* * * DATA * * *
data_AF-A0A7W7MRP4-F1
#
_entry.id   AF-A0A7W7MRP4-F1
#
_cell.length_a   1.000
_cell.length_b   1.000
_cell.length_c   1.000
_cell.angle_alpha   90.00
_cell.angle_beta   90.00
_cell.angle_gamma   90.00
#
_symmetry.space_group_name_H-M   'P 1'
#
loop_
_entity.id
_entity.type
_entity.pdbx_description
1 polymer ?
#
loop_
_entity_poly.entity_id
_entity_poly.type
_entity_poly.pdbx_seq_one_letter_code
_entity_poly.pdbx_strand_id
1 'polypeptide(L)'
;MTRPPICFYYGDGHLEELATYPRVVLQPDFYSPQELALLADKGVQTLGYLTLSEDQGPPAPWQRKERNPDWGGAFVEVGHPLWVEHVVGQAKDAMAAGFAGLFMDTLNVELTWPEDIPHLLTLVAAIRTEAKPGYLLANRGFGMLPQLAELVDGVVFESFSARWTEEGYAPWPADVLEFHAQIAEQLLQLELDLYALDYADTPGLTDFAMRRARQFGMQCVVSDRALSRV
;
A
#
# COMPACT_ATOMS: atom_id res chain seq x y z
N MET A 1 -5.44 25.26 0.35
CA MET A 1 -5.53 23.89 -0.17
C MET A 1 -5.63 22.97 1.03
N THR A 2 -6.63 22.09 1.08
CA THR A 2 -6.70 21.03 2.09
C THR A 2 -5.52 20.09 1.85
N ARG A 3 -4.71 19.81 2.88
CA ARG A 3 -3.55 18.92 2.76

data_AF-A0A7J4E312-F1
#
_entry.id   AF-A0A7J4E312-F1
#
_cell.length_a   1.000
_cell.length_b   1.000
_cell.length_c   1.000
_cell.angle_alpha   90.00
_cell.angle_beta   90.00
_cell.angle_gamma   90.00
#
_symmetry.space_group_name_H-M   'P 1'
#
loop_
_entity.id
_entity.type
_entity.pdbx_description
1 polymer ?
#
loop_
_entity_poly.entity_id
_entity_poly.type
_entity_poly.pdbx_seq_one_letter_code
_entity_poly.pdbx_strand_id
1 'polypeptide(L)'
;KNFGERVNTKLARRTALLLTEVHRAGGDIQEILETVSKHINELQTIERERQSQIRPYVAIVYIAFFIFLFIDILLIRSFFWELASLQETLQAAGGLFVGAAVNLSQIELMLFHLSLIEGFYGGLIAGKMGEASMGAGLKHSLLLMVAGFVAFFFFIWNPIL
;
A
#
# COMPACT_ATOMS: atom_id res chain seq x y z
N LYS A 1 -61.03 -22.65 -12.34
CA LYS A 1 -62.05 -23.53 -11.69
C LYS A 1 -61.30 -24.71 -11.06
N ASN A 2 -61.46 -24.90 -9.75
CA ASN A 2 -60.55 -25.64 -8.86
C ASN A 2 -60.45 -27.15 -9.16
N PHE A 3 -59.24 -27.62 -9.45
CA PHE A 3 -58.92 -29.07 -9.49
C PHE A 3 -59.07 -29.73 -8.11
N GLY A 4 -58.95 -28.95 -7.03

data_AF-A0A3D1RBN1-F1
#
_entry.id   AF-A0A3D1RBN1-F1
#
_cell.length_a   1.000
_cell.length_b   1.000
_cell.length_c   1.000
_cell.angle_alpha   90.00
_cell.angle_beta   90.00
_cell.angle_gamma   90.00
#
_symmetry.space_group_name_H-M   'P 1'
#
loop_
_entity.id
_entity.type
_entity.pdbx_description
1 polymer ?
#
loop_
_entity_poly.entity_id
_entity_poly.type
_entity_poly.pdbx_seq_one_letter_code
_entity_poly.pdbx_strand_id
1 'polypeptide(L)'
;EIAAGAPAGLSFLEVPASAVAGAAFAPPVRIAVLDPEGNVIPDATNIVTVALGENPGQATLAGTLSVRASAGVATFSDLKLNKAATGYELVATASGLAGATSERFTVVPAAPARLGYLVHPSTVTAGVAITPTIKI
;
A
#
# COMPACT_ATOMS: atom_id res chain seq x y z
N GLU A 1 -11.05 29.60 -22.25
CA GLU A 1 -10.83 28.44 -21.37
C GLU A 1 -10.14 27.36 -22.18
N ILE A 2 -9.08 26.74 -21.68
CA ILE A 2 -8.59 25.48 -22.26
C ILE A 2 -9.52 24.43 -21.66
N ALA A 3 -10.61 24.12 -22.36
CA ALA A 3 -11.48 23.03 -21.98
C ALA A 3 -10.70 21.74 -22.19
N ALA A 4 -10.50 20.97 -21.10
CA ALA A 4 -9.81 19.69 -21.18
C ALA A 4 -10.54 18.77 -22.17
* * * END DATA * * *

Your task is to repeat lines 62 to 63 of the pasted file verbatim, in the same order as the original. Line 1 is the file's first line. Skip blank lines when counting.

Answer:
_entity_poly.pdbx_strand_id
1 'polypeptide(L)'